Related: Why and how to shop secondhand

3 Repair– Don’t throw things away. Learn to sew on buttons and mend tiny holes. One of the most irresponsible things is to just throw clothes in the trash. Donate it if you don’t want to repair it or don’t want it anymore. Find a textile recycling outlet to donate to if something is beyond repair. It may still be recyclable.

4- Have a clothing swap with friends or your ladies church group. Take the clothing you no longer want that’s still in good shape and swap it for something from someone else’s closet. This would be a fun way to be more responsible with fashion.

5- Take better care of what you already have. Wash your clothing less. Hang or lay flat to dry. Washing less will have an effect on the environment and the life of your clothes. Spot clean stains instead of washing the whole garment.

neutral outfit, all white outfit

Cardigan- Old Navy; tshirt- Target; jeans- Loft; shoes- Target

I will admit I don’t purchase from many of the sustainable brands and most of that has to do with budget. I do shop a lot from Old Navy and several places that are considered fast fashion, but I have never purchased those items with a “fast fashion attitude.” I have a pair of Old Navy jeans that I’ve had for 10-12 years. I’ve forgotten exactly how long but its been years. My casual wardrobe sees less wear so I can buy lower quality in that area and get more wear from those pieces. Taking care of those items also goes a long way in extending the life of them. So, if Old Navy is your budget, then don’t feel bad about your fashion footprint. Exercise some of the other ways above to reduce negative effects and do your part.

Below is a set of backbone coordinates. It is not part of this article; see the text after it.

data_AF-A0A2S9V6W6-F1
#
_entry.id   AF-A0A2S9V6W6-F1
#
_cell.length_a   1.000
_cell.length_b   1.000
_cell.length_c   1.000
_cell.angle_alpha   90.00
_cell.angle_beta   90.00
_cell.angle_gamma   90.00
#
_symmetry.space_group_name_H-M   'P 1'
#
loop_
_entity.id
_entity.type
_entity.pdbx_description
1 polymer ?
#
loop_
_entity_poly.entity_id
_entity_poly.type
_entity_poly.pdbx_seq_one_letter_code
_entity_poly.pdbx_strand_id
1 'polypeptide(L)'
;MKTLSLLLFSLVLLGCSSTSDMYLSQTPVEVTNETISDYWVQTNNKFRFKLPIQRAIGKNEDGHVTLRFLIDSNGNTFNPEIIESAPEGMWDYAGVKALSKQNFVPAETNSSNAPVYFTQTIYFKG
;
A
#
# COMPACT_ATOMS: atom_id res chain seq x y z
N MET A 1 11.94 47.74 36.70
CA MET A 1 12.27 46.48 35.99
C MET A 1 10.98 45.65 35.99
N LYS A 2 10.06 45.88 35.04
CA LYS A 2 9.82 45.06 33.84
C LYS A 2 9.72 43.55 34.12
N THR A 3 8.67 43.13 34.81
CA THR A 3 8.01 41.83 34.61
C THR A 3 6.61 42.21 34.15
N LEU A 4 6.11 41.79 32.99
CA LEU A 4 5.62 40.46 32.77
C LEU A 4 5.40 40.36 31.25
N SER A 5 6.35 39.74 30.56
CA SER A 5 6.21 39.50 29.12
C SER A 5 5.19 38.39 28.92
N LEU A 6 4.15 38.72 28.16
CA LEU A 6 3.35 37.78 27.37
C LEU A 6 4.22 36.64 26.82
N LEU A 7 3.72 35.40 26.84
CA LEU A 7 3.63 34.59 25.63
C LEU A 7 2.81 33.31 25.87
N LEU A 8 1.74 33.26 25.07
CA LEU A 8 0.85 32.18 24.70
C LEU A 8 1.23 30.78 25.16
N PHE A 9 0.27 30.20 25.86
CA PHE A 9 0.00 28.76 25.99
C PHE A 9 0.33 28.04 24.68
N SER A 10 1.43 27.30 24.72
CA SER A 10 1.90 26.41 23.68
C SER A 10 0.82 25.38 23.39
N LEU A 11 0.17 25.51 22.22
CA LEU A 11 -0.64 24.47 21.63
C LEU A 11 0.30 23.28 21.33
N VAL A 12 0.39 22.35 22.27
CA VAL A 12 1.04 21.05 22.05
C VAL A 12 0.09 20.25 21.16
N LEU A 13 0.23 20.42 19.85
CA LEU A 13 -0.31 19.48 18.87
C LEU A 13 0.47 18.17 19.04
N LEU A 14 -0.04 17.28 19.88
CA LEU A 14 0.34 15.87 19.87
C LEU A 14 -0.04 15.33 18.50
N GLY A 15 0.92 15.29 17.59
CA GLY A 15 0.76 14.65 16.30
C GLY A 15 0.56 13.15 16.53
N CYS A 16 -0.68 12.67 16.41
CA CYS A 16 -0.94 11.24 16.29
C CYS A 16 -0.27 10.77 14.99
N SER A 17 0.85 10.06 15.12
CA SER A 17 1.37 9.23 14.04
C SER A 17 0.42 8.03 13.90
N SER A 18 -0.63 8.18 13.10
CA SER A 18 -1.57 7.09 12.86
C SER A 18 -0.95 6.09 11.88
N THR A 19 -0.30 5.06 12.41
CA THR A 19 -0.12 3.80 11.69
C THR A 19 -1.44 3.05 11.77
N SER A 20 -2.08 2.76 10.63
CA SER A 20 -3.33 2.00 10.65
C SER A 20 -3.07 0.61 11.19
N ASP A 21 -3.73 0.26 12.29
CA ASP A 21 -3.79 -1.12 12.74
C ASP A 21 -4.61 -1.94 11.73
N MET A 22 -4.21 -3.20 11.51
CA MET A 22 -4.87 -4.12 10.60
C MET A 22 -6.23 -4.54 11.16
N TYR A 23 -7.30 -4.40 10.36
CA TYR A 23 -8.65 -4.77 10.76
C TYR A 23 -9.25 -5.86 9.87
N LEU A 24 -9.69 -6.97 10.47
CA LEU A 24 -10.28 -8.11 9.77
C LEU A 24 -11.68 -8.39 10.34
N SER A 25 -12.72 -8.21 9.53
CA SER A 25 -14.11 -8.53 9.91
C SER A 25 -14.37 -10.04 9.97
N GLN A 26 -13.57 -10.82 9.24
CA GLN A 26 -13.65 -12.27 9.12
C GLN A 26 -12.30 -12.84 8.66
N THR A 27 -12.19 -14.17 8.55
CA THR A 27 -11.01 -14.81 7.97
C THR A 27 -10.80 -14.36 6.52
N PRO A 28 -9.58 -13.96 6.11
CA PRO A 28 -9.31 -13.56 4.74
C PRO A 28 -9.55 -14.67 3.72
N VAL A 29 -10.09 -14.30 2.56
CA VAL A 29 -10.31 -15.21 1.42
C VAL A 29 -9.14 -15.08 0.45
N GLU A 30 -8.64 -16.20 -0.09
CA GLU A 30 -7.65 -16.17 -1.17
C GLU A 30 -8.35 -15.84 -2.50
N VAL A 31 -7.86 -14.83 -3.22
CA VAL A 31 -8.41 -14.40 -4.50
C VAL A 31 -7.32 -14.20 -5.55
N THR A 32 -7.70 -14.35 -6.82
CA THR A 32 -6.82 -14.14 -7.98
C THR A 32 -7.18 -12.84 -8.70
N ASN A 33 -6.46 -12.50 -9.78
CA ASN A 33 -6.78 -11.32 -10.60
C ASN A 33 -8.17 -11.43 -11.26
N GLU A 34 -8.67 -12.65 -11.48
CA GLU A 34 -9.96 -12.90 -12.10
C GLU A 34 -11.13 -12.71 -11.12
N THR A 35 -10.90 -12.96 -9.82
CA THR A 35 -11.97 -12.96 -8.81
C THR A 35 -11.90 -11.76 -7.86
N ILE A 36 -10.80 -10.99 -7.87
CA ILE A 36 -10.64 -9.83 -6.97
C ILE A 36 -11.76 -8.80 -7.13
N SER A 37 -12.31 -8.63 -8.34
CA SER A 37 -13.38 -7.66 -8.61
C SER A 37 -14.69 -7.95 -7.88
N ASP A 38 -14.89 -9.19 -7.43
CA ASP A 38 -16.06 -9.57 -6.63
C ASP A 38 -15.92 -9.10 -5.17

Other ways to help take care of our earth outside of fashion include:

  1. Use environmentally-friendly, non-toxic cleaning products.
  2. Replace inefficient incandescent light bulbs with efficient CFLs or LEDs. Reduce your carbon footprint by 450 pounds a year.
  3. Carpool, ride your bike, use public transportation or drive an electric or hybrid car. Reduce your carbon footprint by one pound for every mile you do not drive.
  4. Keep your tires properly inflated and get better gas mileage. Reduce your carbon footprint 20 pounds for each gallon of gas saved.
  5. Change your car’s air filter regularly.
  6. Stop using disposable plastics, especially single-use plastics like bottles, bags and straws. I have these straws for carrying to restaurants.
  7. Recycle paper, plastic and glass. Reduce your garbage by 10% and your carbon footprint by 1,200 pounds a year.
  8. Donate your old clothes and home goods instead of throwing them out. When you need something, consider buying used items.
  9. Use cloth towels instead of paper ones. I recently purchased these for cleaning.
  10. Change your paper bills to online billing. You’ll be saving trees and the fuel it takes to deliver your bills by truck.
  11. Read documents online instead of printing them.
  12. When you need to use paper, make sure it’s 100% post-consumer recycled paper.
  13. Use reusable bottles for water, and reusable mugs for coffee.
  14. Bring reusable bags when you shop.
  15. Pack your lunch in a reusable bag.
  16. Turn off and unplug electronics you’re not using. This includes turning off your computer at night.
  17. Turn off lights when you leave a room.
  18. Recycle batteries from small appliances and your electronics. Use rechargeable batteries instead! I love these and use them in my camera flash, mouse and keyboard.
  19. Move your heater thermostat down two degrees in winter and up two degrees in the summer to reduce your carbon footprint by 2,000 pounds.
  20. Run your dishwasher only when it’s full to save water and energy.